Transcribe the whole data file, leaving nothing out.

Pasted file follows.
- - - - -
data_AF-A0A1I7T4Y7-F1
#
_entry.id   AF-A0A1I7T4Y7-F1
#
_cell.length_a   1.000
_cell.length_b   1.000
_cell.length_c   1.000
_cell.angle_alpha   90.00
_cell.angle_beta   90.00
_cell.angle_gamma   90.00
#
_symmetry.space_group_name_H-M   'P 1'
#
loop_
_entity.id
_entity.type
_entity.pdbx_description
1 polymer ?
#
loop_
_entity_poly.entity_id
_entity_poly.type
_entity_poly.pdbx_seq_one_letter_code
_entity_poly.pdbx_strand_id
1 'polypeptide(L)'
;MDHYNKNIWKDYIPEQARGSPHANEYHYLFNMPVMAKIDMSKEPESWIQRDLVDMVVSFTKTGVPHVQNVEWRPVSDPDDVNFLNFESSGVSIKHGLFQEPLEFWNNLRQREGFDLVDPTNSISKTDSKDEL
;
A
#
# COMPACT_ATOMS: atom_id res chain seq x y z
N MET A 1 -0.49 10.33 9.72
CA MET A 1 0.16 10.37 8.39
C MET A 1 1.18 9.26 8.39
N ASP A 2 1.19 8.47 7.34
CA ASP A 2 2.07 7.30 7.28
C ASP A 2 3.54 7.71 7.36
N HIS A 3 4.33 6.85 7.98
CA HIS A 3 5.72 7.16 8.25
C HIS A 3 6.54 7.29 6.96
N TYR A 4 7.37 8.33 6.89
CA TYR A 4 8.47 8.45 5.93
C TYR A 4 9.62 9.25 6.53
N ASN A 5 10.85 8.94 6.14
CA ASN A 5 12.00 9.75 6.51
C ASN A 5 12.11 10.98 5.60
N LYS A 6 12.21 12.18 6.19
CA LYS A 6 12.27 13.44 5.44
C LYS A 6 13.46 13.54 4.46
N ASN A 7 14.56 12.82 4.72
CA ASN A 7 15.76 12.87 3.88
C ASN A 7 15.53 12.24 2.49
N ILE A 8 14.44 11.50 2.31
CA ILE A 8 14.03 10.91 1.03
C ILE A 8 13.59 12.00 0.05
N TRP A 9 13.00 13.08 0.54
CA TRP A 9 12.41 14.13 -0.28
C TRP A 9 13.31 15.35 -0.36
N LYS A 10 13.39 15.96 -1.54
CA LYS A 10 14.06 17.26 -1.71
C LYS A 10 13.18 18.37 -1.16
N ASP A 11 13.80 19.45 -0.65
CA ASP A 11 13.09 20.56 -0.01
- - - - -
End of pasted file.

data_AF-A0A1I7T4Y7-F1
#
_entry.id   AF-A0A1I7T4Y7-F1
#
_cell.length_a   1.000
_cell.length_b   1.000
_cell.length_c   1.000
_cell.angle_alpha   90.00
_cell.angle_beta   90.00
_cell.angle_gamma   90.00
#
_symmetry.space_group_name_H-M   'P 1'
#
loop_
_entity.id
_entity.type
_entity.pdbx_description
1 polymer ?
#
loop_
_entity_poly.entity_id
_entity_poly.type
_entity_poly.pdbx_seq_one_letter_code
_entity_poly.pdbx_strand_id
1 'polypeptide(L)'
;MDHYNKNIWKDYIPEQARGSPHANEYHYLFNMPVMAKIDMSKEPESWIQRDLVDMVVSFTKTGVPHVQNVEWRPVSDPDDVNFLNFESSGVSIKHGLFQEPLEFWNNLRQREGFDLVDPTNSISKTDSKDEL
;
A
#
# COMPACT_ATOMS: atom_id res chain seq x y z
N MET A 1 -0.49 10.33 9.72
CA MET A 1 0.16 10.37 8.39
C MET A 1 1.18 9.26 8.39
N ASP A 2 1.19 8.47 7.34
CA ASP A 2 2.07 7.30 7.28
C ASP A 2 3.54 7.71 7.36
N HIS A 3 4.33 6.85 7.98
CA HIS A 3 5.72 7.16 8.25
C HIS A 3 6.54 7.29 6.96
N TYR A 4 7.37 8.33 6.89
CA TYR A 4 8.47 8.45 5.93
C TYR A 4 9.62 9.25 6.53
N ASN A 5 10.85 8.94 6.14
CA ASN A 5 12.00 9.75 6.51
C ASN A 5 12.11 10.98 5.60
N LYS A 6 12.21 12.18 6.19
CA LYS A 6 12.27 13.44 5.44
C LYS A 6 13.46 13.54 4.46
N ASN A 7 14.56 12.82 4.72
CA ASN A 7 15.76 12.87 3.88
C ASN A 7 15.53 12.24 2.49
N ILE A 8 14.44 11.50 2.31
CA ILE A 8 14.03 10.91 1.03
C ILE A 8 13.59 12.00 0.05
N TRP A 9 13.00 13.08 0.54
CA TRP A 9 12.41 14.13 -0.28
C TRP A 9 13.31 15.35 -0.36
N LYS A 10 13.39 15.96 -1.54
CA LYS A 10 14.06 17.26 -1.71
C LYS A 10 13.18 18.37 -1.16
N ASP A 11 13.80 19.45 -0.65
CA ASP A 11 13.09 20.56 -0.01